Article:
Lee peppers his movie with sly homages to the original (look for a cameo by the octopus, for example; still alive, happily) and he figures out a way to incorporate some of the more extreme elements of Park’s film (such as the infamous tongue scene) in ways that are more palatable to the multiplex. He also comes up with some improvements, replacing a near-unwatchable torture scene with something simpler yet more gruesome. So much of Oldboy works so well that it’s a huge disappointment when the movie loses its nerve in the climax, opting for a radically different and less subversive ending than the original. It’s not clear whether the change was the filmmakers’ idea or whether it was a compromise they had to make to get the movie financed. Park’s film ended on a note of beautiful, poetic horror designed to compel and repel. Lee’s Oldboy closes with a semi-happy shrug — an ending that is careful to tie up all loose ends and, in the process, makes the tense picture that preceded it easier to forget.

Read more Reeling with Rene Rodriguez stories from the Miami Herald

 <span class="cutline_leadin">What’s the secret?</span> Karen Gillan and Brenton Thwaites are a brother and sister trying to solve the mystery of a demonic mirror in ‘Oculus.’

    Oculus (R)

    Mirrors have been as much of a fixture in horror movies as knives and cats that suddenly jump from the shadows. But they’re best in cameos, as in the ending of Dressed to Kill or the bathroom scene in The Shining. Oculus revolves entirely around an ornate mirror that is, what, a gateway to hell? A summoning force for evil spirits? A really ugly piece of furniture from a medieval Pottery Barn?

Iko Uwais and Cecep Arif Rahman square off in a scene from ‘The Raid 2.’

    The Raid 2 (R)

    Every time you think The Raid 2 can’t possibly top itself, writer-director Gareth Evans goes “Oh, yeah? Watch this.” Most of 2011’s The Raid: Redemption took place inside a tenement raided by a SWAT team to apprehend a mobster and his squad of killers holed up inside. Practically no one survived the movie — the violence was astonishing — but the contained setting and the idea of having events grow hairier for the good guys the higher they went in the building gave the tight 101-minute movie a sense of compressed, relentless action. Now comes The Raid 2 (known as The Raid 2: Bernadal in its native Indonesia), which is far more expansive and complicated, and runs almost 2 ½ hours. Miraculously, the new picture makes the old one feel like Evans was just warming up.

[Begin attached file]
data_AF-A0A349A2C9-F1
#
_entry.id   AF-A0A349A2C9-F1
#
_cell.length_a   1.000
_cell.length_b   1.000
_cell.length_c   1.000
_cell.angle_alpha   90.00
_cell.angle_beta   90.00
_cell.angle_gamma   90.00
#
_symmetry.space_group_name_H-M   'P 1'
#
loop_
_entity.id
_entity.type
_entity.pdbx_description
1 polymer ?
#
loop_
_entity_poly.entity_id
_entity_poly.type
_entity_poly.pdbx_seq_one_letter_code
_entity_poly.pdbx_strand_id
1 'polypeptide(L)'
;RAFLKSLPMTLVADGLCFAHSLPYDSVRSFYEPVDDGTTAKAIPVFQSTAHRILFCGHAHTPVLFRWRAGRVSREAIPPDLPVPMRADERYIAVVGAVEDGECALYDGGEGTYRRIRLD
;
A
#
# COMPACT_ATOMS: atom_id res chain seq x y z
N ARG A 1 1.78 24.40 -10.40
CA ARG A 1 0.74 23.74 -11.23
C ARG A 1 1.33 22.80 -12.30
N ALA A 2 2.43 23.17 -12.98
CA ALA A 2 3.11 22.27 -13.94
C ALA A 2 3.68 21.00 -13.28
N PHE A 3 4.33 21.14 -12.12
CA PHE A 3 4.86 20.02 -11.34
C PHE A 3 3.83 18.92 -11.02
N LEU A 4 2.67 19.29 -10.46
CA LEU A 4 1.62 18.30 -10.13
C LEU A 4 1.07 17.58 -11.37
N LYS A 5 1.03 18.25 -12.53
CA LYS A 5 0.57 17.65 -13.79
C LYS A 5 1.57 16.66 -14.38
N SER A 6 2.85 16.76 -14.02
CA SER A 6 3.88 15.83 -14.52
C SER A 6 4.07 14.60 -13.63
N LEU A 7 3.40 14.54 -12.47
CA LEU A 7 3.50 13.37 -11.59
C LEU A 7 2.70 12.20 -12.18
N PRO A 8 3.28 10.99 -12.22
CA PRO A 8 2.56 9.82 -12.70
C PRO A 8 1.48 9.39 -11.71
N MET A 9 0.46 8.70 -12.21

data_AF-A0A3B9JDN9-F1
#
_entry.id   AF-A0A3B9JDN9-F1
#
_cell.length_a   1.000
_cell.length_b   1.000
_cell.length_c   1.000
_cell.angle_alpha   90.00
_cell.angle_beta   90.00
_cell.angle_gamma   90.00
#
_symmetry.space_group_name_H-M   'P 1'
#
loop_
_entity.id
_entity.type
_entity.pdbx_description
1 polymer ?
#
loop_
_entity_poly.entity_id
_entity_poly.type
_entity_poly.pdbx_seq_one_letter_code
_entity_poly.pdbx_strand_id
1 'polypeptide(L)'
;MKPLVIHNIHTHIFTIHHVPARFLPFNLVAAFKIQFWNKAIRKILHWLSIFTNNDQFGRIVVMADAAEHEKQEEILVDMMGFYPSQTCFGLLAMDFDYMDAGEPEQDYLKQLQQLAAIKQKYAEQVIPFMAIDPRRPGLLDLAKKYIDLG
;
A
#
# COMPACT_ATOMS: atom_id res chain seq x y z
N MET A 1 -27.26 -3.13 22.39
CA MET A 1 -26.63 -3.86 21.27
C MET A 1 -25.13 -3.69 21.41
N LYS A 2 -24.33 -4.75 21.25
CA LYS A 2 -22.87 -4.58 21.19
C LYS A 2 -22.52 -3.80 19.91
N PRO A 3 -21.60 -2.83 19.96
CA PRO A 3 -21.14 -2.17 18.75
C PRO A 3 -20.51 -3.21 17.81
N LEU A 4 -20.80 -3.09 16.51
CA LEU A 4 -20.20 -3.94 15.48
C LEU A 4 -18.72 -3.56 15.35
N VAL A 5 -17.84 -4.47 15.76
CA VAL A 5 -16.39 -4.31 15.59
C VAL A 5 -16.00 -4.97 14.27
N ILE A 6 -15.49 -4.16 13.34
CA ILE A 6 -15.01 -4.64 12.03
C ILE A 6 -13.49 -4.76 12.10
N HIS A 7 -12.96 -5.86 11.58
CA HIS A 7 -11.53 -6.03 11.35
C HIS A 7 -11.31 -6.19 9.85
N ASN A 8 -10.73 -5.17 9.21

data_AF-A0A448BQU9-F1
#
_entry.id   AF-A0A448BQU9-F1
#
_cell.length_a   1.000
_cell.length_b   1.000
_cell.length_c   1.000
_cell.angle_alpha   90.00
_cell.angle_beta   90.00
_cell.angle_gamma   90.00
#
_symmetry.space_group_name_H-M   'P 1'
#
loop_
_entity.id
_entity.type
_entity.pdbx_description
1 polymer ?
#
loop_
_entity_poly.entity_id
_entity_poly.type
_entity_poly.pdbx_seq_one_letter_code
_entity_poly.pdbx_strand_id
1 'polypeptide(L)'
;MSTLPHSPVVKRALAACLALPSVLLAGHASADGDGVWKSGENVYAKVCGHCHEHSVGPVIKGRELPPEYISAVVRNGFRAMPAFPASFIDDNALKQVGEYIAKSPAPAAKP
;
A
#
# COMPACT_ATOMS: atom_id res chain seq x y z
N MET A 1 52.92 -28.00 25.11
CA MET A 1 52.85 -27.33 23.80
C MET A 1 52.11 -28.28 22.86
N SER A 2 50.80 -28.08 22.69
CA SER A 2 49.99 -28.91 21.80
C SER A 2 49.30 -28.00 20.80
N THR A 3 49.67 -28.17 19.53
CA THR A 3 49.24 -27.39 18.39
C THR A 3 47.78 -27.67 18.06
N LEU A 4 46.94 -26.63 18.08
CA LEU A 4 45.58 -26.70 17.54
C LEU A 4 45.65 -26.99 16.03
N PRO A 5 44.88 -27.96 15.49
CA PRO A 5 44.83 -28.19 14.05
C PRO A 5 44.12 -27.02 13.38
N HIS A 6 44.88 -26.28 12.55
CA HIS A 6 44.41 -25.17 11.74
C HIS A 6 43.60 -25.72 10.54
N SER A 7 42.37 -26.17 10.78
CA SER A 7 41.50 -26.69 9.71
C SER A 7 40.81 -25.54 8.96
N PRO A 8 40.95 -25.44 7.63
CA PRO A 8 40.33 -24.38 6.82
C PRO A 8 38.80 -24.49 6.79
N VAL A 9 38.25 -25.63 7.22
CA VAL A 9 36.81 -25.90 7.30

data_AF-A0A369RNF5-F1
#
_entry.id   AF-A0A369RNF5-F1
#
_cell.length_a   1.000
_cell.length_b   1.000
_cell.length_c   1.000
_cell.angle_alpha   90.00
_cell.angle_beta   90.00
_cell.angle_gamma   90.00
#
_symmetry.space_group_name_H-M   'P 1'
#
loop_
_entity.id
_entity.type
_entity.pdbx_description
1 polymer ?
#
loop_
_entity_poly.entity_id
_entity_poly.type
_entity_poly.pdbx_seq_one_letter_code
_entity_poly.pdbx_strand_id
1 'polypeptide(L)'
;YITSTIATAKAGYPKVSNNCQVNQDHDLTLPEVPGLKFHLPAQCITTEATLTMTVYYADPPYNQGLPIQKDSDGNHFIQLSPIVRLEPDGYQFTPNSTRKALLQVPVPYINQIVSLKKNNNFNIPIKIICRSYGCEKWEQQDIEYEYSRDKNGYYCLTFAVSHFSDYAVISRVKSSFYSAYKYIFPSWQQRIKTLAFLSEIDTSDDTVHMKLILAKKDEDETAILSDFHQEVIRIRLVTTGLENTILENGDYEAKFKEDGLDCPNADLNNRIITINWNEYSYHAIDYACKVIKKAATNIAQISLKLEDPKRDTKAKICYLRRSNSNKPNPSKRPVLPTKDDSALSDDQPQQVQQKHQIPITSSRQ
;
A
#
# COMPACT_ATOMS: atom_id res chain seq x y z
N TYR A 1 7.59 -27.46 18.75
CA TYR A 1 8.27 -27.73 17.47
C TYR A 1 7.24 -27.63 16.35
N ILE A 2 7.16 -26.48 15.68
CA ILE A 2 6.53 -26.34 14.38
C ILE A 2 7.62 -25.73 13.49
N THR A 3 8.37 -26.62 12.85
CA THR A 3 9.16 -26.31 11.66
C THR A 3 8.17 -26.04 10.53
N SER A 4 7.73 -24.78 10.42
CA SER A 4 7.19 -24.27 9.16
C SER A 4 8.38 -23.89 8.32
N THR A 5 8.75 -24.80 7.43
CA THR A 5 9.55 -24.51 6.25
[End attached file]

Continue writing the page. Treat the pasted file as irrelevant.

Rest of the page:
A sexual addict (Charlotte Gainsbourg) visits a therapist (Jamie Bell) with unorthodox methods to try to help get over her compulsion in ‘Nymphomaniac: Vol. 2’

    NYMPHOMANIAC VOL. 2 (unrated)

    Nymphomaniac Vol. 2 (unrated)

    Things get really kinky in Nymphomaniac Vol. 2, the second chapter in director Lars von Trier’ epic-length saga about a woman who can’t get enough. If you saw Vol. 1, which ended with our perpetually horny heroine Joe (Charlotte Gainsbourg) losing all feeling in her sexual organs, you might be wondering, “How could this movie outdo the first one?” To quote the great Bachman-Turner Overdrive, you ain’t seen nothin’ yet.

Miami Herald

Join the

The Miami Herald is pleased to provide this opportunity to share information, experiences and observations about what's in the news. Some of the comments may be reprinted elsewhere on the site or in the newspaper. We encourage lively, open debate on the issues of the day, and ask that you refrain from profanity, hate speech, personal comments and remarks that are off point. Thank you for taking the time to offer your thoughts.

The Miami Herald uses Facebook's commenting system. You need to log in with a Facebook account in order to comment. If you have questions about commenting with your Facebook account, click here.

Have a news tip? You can send it anonymously. Click here to send us your tip - or - consider joining the Public Insight Network and become a source for The Miami Herald and el Nuevo Herald.

Hide Comments

This affects comments on all stories.

Cancel OK

  • Marketplace

Today's Circulars

  • Quick Job Search

Enter Keyword(s) Enter City Select a State Select a Category